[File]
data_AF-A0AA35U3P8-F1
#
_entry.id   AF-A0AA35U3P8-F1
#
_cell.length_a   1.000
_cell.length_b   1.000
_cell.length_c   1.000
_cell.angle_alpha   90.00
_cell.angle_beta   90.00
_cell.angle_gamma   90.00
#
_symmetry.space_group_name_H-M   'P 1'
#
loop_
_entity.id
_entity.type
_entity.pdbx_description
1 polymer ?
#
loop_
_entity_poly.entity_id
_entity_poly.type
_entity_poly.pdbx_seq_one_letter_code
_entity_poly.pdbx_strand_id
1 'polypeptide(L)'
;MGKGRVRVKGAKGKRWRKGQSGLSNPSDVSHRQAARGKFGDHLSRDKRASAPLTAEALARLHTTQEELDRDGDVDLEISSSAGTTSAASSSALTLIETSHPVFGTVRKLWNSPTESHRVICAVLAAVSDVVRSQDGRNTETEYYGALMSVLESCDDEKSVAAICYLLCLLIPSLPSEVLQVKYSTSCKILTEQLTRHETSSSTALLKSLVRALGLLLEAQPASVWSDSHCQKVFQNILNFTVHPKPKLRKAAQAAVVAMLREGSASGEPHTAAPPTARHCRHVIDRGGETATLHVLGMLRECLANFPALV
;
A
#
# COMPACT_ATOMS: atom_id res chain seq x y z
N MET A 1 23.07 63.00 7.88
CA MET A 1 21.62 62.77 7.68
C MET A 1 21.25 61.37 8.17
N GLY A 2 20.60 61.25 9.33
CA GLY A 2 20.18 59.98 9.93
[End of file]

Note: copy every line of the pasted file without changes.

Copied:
data_AF-A0AA35U3P8-F1
#
_entry.id   AF-A0AA35U3P8-F1
#
_cell.length_a   1.000
_cell.length_b   1.000
_cell.length_c   1.000
_cell.angle_alpha   90.00
_cell.angle_beta   90.00
_cell.angle_gamma   90.00
#
_symmetry.space_group_name_H-M   'P 1'
#
loop_
_entity.id
_entity.type
_entity.pdbx_description
1 polymer ?
#
loop_
_entity_poly.entity_id
_entity_poly.type
_entity_poly.pdbx_seq_one_letter_code
_entity_poly.pdbx_strand_id
1 'polypeptide(L)'
;MGKGRVRVKGAKGKRWRKGQSGLSNPSDVSHRQAARGKFGDHLSRDKRASAPLTAEALARLHTTQEELDRDGDVDLEISSSAGTTSAASSSALTLIETSHPVFGTVRKLWNSPTESHRVICAVLAAVSDVVRSQDGRNTETEYYGALMSVLESCDDEKSVAAICYLLCLLIPSLPSEVLQVKYSTSCKILTEQLTRHETSSSTALLKSLVRALGLLLEAQPASVWSDSHCQKVFQNILNFTVHPKPKLRKAAQAAVVAMLREGSASGEPHTAAPPTARHCRHVIDRGGETATLHVLGMLRECLANFPALV
;
A
#
# COMPACT_ATOMS: atom_id res chain seq x y z
N MET A 1 23.07 63.00 7.88
CA MET A 1 21.62 62.77 7.68
C MET A 1 21.25 61.37 8.17
N GLY A 2 20.60 61.25 9.33
CA GLY A 2 20.18 59.98 9.93